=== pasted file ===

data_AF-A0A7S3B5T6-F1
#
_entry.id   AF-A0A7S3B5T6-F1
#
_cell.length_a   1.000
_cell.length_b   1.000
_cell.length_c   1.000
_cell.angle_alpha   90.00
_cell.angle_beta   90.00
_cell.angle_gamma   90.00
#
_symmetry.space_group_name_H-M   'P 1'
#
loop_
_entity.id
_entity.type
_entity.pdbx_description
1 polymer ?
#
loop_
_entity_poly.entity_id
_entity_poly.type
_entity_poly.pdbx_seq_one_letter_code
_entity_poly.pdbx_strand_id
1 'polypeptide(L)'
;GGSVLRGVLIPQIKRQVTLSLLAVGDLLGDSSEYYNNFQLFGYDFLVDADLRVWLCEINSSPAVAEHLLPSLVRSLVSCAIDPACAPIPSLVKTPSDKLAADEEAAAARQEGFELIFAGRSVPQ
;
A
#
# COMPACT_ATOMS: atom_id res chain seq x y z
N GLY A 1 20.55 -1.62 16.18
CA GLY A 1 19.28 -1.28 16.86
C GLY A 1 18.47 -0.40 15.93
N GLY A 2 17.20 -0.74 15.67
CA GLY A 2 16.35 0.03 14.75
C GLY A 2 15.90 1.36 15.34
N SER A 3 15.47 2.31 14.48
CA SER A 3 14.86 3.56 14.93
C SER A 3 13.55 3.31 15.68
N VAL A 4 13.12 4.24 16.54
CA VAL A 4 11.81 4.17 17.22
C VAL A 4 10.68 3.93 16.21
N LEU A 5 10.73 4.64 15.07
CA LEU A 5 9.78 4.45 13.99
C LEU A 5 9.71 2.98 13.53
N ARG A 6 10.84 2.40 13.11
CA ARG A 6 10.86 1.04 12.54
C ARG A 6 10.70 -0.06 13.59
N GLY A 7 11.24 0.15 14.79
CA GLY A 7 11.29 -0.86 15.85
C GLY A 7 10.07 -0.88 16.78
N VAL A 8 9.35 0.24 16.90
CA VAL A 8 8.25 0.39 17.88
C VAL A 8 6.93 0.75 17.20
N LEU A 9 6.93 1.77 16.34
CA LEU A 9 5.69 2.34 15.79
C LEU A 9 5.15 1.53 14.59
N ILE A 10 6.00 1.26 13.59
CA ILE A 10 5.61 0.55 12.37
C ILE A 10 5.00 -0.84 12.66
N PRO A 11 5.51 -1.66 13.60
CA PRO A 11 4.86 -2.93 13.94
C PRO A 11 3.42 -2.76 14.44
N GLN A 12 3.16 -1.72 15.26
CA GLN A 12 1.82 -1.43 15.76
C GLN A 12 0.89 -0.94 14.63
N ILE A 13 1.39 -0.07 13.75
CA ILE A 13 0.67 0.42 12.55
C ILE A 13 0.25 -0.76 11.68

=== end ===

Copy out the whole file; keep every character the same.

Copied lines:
data_AF-A0A7S3B5T6-F1
#
_entry.id   AF-A0A7S3B5T6-F1
#
_cell.length_a   1.000
_cell.length_b   1.000
_cell.length_c   1.000
_cell.angle_alpha   90.00
_cell.angle_beta   90.00
_cell.angle_gamma   90.00
#
_symmetry.space_group_name_H-M   'P 1'
#
loop_
_entity.id
_entity.type
_entity.pdbx_description
1 polymer ?
#
loop_
_entity_poly.entity_id
_entity_poly.type
_entity_poly.pdbx_seq_one_letter_code
_entity_poly.pdbx_strand_id
1 'polypeptide(L)'
;GGSVLRGVLIPQIKRQVTLSLLAVGDLLGDSSEYYNNFQLFGYDFLVDADLRVWLCEINSSPAVAEHLLPSLVRSLVSCAIDPACAPIPSLVKTPSDKLAADEEAAAARQEGFELIFAGRSVPQ
;
A
#
# COMPACT_ATOMS: atom_id res chain seq x y z
N GLY A 1 20.55 -1.62 16.18
CA GLY A 1 19.28 -1.28 16.86
C GLY A 1 18.47 -0.40 15.93
N GLY A 2 17.20 -0.74 15.67
CA GLY A 2 16.35 0.03 14.75
C GLY A 2 15.90 1.36 15.34
N SER A 3 15.47 2.31 14.48
CA SER A 3 14.86 3.56 14.93
C SER A 3 13.55 3.31 15.68
N VAL A 4 13.12 4.24 16.54
CA VAL A 4 11.81 4.17 17.22
C VAL A 4 10.68 3.93 16.21
N LEU A 5 10.73 4.64 15.07
CA LEU A 5 9.78 4.45 13.99
C LEU A 5 9.71 2.98 13.53
N ARG A 6 10.84 2.40 13.11
CA ARG A 6 10.86 1.04 12.54
C ARG A 6 10.70 -0.06 13.59
N GLY A 7 11.24 0.15 14.79
CA GLY A 7 11.29 -0.86 15.85
C GLY A 7 10.07 -0.88 16.78
N VAL A 8 9.35 0.24 16.90
CA VAL A 8 8.25 0.39 17.88
C VAL A 8 6.93 0.75 17.20
N LEU A 9 6.93 1.77 16.34
CA LEU A 9 5.69 2.34 15.79
C LEU A 9 5.15 1.53 14.59
N ILE A 10 6.00 1.26 13.59
CA ILE A 10 5.61 0.55 12.37
C ILE A 10 5.00 -0.84 12.66
N PRO A 11 5.51 -1.66 13.60
CA PRO A 11 4.86 -2.93 13.94
C PRO A 11 3.42 -2.76 14.44
N GLN A 12 3.16 -1.72 15.26
CA GLN A 12 1.82 -1.43 15.76
C GLN A 12 0.89 -0.94 14.63
N ILE A 13 1.39 -0.07 13.75
CA ILE A 13 0.67 0.42 12.55
C ILE A 13 0.25 -0.76 11.68